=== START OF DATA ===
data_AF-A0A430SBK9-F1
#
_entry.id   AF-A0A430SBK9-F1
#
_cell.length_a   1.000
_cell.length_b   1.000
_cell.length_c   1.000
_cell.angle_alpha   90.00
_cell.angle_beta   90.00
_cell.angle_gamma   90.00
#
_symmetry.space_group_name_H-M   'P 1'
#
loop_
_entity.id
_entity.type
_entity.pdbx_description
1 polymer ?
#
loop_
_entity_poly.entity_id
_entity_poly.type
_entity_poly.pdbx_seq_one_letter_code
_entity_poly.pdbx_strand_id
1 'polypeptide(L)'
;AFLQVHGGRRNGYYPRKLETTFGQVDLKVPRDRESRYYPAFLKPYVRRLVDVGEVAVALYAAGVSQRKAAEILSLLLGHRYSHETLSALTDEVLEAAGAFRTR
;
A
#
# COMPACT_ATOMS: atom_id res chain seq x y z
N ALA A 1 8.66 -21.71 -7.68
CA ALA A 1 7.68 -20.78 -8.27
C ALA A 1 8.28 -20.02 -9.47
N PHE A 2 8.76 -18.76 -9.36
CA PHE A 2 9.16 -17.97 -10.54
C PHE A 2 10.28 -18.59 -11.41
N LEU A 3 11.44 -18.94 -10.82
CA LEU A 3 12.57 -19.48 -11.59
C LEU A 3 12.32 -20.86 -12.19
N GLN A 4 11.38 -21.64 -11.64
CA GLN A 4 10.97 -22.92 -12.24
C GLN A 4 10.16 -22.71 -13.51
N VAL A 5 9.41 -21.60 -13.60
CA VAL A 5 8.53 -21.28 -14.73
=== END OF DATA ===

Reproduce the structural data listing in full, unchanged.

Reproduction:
data_AF-A0A430SBK9-F1
#
_entry.id   AF-A0A430SBK9-F1
#
_cell.length_a   1.000
_cell.length_b   1.000
_cell.length_c   1.000
_cell.angle_alpha   90.00
_cell.angle_beta   90.00
_cell.angle_gamma   90.00
#
_symmetry.space_group_name_H-M   'P 1'
#
loop_
_entity.id
_entity.type
_entity.pdbx_description
1 polymer ?
#
loop_
_entity_poly.entity_id
_entity_poly.type
_entity_poly.pdbx_seq_one_letter_code
_entity_poly.pdbx_strand_id
1 'polypeptide(L)'
;AFLQVHGGRRNGYYPRKLETTFGQVDLKVPRDRESRYYPAFLKPYVRRLVDVGEVAVALYAAGVSQRKAAEILSLLLGHRYSHETLSALTDEVLEAAGAFRTR
;
A
#
# COMPACT_ATOMS: atom_id res chain seq x y z
N ALA A 1 8.66 -21.71 -7.68
CA ALA A 1 7.68 -20.78 -8.27
C ALA A 1 8.28 -20.02 -9.47
N PHE A 2 8.76 -18.76 -9.36
CA PHE A 2 9.16 -17.97 -10.54
C PHE A 2 10.28 -18.59 -11.41
N LEU A 3 11.44 -18.94 -10.82
CA LEU A 3 12.57 -19.48 -11.59
C LEU A 3 12.32 -20.86 -12.19
N GLN A 4 11.38 -21.64 -11.64
CA GLN A 4 10.97 -22.92 -12.24
C GLN A 4 10.16 -22.71 -13.51
N VAL A 5 9.41 -21.60 -13.60
CA VAL A 5 8.53 -21.28 -14.73